You have to , in short, be willing to sing out of tune along with a huge chorus of voices that are also singing out of tune.
There is a huge chorus of voices singing to the tune of premillennialism. If you are supporting that view you are part of a very big crowd, which, IMO, is out of tune with the teaching of the apostles and the whole New Testament, and misinterprets the thousand years
of Revelation 20.
Jesus spoke of a judgment "in the last day," [John 12:47-48] but where did he refer to a millennium?
Acts 17:31 says, "Because he hath appointed a day, in the which he will judge the world in righteousness by that man whom he hath ordained; whereof he hath given assurance unto all men, in that he hath raised him from the dead." Where is there any room for a millennium here?
Paul wrote, "... In the day when God shall judge the secrets of men by Jesus Christ according to my gospel." [Romans 2:16] Where does Paul speak of a millennium?
Paul does teach that God will judge the world: "But if our unrighteousness commend the righteousness of God, what shall we say? Is God unrighteous who taketh vengeance? (I speak as a man) God forbid: for then how shall God judge the world?" [Romans 3:5-6]
He also said that the saints will judge the world; but isn't that referring to the judgment? "Do ye not know that the saints shall judge the world? and if the world shall be judged by you, are ye unworthy to judge the smallest matters?" [1 Corinthians 6:2]
Paul looked forward to receiving a reward, "at that day," but he said nothing about reigning on earth for a thousand years. "Henceforth there is laid up for me a crown of righteousness, which the Lord, the righteous judge, shall give me at that day: and not to me only, but unto all them also that love his appearing." [2 Timothy 4:8]
The apostle Peter wrote:
2 Peter 3:3-10
Knowing this first, that there shall come in the last days scoffers, walking after their own lusts,
And saying, Where is the promise of his coming? for since the fathers fell asleep, all things continue as they were from the beginning of the creation.
For this they willingly are ignorant of, that by the word of God the heavens were of old, and the earth standing out of the water and in the water:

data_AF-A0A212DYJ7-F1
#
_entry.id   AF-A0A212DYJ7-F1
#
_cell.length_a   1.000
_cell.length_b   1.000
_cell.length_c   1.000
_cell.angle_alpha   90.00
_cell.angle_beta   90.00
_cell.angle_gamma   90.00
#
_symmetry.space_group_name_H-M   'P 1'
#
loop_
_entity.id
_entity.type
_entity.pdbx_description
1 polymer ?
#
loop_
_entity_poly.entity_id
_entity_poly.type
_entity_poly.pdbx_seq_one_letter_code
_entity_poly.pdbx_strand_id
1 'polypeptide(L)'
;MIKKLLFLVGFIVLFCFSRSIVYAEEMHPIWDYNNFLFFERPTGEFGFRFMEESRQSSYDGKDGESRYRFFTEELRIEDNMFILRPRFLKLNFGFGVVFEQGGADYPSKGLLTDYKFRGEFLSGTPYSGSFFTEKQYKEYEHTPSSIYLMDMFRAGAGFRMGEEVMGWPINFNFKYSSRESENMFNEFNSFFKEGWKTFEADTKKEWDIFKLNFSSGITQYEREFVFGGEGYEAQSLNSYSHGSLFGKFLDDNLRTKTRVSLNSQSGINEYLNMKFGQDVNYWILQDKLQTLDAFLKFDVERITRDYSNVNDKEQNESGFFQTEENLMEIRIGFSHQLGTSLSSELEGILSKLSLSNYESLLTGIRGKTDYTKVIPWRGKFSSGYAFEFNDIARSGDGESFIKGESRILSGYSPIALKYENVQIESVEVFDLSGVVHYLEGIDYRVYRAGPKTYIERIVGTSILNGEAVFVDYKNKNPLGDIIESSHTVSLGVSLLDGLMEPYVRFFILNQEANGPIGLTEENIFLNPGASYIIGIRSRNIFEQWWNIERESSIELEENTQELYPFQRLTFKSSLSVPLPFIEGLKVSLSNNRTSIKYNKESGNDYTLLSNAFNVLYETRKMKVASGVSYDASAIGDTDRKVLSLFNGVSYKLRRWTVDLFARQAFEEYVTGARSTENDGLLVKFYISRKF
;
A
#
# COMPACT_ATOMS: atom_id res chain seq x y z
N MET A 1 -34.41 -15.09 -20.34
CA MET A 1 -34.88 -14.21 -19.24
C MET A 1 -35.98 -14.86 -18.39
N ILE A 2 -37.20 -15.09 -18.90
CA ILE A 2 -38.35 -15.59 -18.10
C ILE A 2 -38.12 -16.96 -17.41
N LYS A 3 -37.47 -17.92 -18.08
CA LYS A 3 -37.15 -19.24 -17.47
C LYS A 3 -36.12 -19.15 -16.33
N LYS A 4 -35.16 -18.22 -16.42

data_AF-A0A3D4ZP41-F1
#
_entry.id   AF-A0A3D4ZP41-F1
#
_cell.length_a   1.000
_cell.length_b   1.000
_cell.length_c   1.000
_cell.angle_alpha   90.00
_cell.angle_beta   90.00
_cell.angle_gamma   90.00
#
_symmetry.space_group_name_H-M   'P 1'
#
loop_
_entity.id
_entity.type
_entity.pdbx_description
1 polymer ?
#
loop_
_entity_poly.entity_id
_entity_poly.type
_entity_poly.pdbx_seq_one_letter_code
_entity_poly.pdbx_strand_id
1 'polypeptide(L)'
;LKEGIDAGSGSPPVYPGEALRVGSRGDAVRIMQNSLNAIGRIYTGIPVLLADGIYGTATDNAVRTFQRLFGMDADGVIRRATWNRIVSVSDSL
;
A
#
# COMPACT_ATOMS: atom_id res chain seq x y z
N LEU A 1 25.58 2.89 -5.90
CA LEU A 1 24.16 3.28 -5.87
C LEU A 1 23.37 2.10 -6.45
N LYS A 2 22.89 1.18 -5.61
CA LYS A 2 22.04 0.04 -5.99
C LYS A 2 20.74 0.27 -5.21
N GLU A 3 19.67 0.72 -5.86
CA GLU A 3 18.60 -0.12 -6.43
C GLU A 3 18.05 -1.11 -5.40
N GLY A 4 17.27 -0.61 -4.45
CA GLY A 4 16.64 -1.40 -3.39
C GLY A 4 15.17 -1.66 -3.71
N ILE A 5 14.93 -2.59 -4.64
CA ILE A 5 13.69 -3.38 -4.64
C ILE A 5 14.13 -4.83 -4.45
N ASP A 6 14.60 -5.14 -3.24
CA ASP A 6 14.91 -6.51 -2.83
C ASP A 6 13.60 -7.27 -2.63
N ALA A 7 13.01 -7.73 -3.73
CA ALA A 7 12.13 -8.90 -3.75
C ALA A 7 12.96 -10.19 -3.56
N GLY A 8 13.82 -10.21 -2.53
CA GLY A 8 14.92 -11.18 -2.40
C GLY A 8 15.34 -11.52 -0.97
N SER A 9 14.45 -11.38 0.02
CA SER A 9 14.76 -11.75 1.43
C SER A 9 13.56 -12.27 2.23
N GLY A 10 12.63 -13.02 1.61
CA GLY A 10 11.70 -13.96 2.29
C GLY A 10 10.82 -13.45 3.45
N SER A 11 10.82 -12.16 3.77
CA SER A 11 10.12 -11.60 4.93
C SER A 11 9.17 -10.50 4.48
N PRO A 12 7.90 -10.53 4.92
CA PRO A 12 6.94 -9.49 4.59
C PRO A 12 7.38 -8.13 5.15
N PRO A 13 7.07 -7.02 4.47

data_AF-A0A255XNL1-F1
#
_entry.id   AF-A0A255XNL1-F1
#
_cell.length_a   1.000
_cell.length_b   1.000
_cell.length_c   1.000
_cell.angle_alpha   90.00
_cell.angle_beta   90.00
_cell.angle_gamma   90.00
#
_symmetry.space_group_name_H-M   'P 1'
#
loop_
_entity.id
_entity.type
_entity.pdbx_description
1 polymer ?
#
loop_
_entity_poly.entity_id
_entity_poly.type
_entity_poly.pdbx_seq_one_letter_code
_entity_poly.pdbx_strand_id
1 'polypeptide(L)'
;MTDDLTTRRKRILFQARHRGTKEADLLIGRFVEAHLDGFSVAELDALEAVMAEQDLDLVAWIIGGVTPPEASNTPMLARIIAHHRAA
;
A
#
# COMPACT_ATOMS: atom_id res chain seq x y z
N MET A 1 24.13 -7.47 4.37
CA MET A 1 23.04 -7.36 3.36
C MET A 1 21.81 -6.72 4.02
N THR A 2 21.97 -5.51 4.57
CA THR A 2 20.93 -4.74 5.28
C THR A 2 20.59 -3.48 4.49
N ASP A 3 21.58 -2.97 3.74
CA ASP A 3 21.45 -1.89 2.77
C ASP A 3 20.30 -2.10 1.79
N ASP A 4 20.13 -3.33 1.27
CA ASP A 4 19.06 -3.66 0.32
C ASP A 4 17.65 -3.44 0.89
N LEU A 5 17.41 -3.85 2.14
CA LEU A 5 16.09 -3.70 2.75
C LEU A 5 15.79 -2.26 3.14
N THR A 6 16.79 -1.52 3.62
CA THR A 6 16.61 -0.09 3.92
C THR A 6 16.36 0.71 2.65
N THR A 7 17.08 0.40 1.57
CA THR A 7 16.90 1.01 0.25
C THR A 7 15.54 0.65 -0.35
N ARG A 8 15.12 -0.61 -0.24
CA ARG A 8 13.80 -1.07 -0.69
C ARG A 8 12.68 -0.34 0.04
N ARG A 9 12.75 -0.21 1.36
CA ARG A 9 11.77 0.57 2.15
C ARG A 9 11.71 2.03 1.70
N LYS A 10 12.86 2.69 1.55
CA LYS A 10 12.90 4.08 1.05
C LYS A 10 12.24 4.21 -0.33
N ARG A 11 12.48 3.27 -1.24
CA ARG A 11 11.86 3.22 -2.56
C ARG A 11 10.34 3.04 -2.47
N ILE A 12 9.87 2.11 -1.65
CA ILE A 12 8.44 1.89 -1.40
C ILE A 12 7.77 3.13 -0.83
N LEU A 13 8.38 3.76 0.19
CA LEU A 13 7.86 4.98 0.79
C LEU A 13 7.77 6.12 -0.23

Whereby the world that then was, being overflowed with water, perished:
But the heavens and the earth, which are now, by the same word are kept in store, reserved unto fire against the day of judgment and perdition of ungodly men.
But, beloved, be not ignorant of this one thing, that one day is with the Lord as a thousand years, and a thousand years as one day.
The Lord is not slack concerning his promise, as some men count slackness; but is longsuffering to us-ward, not willing that any should perish, but that all should come to repentance.
But the day of the Lord will come as a thief in the night; in the which the heavens shall pass away with a great noise, and the elements shall melt with fervent heat, the earth also and the works that are therein shall be burned up.
Where does the millennium idea fit in these verses? I don't see it. Peter speaks of the thousand years
as a "day" in connection with the present age, and the "day of the Lord." He does not refer to a future millennium. The "day of the Lord" comes as a thief which suggests it may be upon us already, although most people are unaware of it.
And neither is the millennium taught in Revelation 20, when the thousand years
is interpreted as symbolic, representing the lifetime of individual believers, who are figuratively "beheaded."